Black ice

warning sign about the snowfall on the snowy road

There has been a lot of social media coverage on trucking pages lately regarding black ice. Black ice is one of the worst driving conditions you will ever encounter. Fortunately the conditions necessary for the formation of black ice very specific, making it fairly uncommon, but when those conditions occur it’s not a pretty picture. Black ice is so slippery, you can be parked, and the wind can blow you sideways. If you’re unlucky enough to be driving on black ice, you are driving on borrowed time. You may think you are in control, but you’re not. 

For black ice to form, the temperature needs to be within a single degree of the freezing point, with either freezing rain or snow falling. The snow will melt on contact, then refreeze as smooth ice. The best way to check for the presence of black ice is to run your hand across the leading edge of your mirror. If it’s coated in a thin layer of ice, get off the road as soon as possible, as the road surface will very likely be covered in black ice. You can’t see black ice on the road. The road will look bare and dry, but don’t let that fool you. Black ice is very thin, less than a millimeter thick, and completely transparent. For the inexperienced, the first indication of black ice may be the trailer just sliding sideways from a gust of wind, turning the wheel to negotiate a bend in the road, and the truck continuing in a straight line, touching the brakes and the back of the truck kicking out to the left or the right, or even having the truck just start sliding around on it’s own.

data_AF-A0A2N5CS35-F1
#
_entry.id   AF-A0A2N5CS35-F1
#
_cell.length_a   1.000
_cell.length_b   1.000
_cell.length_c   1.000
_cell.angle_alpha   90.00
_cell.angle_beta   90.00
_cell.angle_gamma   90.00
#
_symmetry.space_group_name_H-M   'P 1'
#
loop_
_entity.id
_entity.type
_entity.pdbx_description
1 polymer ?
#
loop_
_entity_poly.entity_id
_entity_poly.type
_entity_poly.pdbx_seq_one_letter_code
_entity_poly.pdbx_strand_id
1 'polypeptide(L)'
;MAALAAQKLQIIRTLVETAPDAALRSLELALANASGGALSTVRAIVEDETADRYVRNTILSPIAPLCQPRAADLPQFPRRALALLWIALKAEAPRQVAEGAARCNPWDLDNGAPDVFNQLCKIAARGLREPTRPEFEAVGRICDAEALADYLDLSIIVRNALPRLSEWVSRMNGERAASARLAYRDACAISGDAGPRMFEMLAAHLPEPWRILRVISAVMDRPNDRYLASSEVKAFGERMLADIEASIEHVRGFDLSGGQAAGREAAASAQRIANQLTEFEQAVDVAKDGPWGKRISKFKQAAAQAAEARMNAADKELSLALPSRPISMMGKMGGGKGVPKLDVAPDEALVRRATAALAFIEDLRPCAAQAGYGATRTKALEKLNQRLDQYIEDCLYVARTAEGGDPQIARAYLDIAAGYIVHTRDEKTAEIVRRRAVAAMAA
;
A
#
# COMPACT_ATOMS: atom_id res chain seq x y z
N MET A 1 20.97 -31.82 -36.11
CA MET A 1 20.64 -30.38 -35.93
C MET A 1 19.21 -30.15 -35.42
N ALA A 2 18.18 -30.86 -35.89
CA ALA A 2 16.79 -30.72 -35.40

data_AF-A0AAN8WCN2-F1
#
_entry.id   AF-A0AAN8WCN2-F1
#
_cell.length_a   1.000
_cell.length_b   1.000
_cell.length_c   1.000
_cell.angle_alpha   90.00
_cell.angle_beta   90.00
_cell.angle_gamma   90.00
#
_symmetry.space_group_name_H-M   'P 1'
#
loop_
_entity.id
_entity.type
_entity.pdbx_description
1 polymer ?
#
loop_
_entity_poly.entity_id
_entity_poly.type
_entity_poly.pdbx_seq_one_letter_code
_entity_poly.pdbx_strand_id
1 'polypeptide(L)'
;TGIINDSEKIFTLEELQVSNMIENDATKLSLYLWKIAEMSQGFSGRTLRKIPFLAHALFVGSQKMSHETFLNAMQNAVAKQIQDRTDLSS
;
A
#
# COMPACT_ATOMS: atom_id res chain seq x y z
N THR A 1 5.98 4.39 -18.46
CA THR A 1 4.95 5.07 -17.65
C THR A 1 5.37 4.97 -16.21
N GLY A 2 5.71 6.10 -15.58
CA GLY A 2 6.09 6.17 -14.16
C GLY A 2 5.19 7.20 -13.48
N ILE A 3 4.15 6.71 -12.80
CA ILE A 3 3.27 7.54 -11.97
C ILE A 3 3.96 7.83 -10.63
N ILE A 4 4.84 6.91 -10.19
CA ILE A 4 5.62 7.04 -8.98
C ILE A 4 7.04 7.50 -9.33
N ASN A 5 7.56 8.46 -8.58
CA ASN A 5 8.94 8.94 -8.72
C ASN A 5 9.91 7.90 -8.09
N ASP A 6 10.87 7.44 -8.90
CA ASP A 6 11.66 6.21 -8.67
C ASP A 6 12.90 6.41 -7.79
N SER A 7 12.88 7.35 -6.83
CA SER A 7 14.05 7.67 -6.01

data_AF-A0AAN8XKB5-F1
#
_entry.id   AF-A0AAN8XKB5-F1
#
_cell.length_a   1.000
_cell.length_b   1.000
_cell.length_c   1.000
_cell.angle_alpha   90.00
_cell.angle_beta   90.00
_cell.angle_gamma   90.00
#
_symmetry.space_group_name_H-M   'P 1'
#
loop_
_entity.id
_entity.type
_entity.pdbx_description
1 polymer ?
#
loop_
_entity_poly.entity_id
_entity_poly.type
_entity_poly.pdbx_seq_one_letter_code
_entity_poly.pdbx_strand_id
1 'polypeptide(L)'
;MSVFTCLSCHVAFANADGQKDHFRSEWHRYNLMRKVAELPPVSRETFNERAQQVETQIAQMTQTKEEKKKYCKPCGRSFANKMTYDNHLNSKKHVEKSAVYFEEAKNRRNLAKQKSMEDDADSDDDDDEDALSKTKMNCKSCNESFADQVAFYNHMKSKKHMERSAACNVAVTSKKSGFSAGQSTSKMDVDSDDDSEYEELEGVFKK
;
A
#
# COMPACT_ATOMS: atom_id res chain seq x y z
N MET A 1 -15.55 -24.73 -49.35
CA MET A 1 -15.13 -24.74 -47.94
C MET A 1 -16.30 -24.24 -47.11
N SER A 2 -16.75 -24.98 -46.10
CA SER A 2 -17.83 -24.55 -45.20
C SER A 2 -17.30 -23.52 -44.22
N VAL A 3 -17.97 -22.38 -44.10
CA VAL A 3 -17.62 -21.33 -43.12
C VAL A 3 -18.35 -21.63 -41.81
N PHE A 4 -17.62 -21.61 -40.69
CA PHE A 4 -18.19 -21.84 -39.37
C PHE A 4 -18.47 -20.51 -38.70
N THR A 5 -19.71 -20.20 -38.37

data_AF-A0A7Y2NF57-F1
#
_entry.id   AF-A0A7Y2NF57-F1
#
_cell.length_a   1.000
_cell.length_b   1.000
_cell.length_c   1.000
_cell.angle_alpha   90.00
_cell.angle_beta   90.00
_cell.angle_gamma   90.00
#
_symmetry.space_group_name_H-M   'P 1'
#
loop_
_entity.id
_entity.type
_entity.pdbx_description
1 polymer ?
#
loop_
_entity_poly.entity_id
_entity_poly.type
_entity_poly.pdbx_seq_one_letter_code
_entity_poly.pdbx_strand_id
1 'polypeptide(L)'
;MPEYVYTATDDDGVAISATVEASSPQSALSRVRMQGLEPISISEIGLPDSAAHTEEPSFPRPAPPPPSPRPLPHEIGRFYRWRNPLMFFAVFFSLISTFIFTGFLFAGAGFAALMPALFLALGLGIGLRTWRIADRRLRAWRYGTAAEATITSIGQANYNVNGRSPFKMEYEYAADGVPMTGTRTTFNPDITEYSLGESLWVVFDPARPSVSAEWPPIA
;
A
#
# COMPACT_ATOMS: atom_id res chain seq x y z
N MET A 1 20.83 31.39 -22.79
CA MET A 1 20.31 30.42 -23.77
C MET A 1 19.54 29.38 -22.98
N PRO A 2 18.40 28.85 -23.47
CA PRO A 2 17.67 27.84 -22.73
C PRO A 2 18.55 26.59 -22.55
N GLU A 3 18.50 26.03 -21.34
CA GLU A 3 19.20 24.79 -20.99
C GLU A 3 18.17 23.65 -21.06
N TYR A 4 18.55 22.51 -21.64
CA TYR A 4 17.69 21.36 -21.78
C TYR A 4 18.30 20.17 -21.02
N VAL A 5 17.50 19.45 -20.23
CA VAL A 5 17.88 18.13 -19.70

If you even suspect black ice is starting to form, find a place to park immediately. The good news is, black ice usually doesn’t last very long, so within 2 hours at most, you should be in your way again.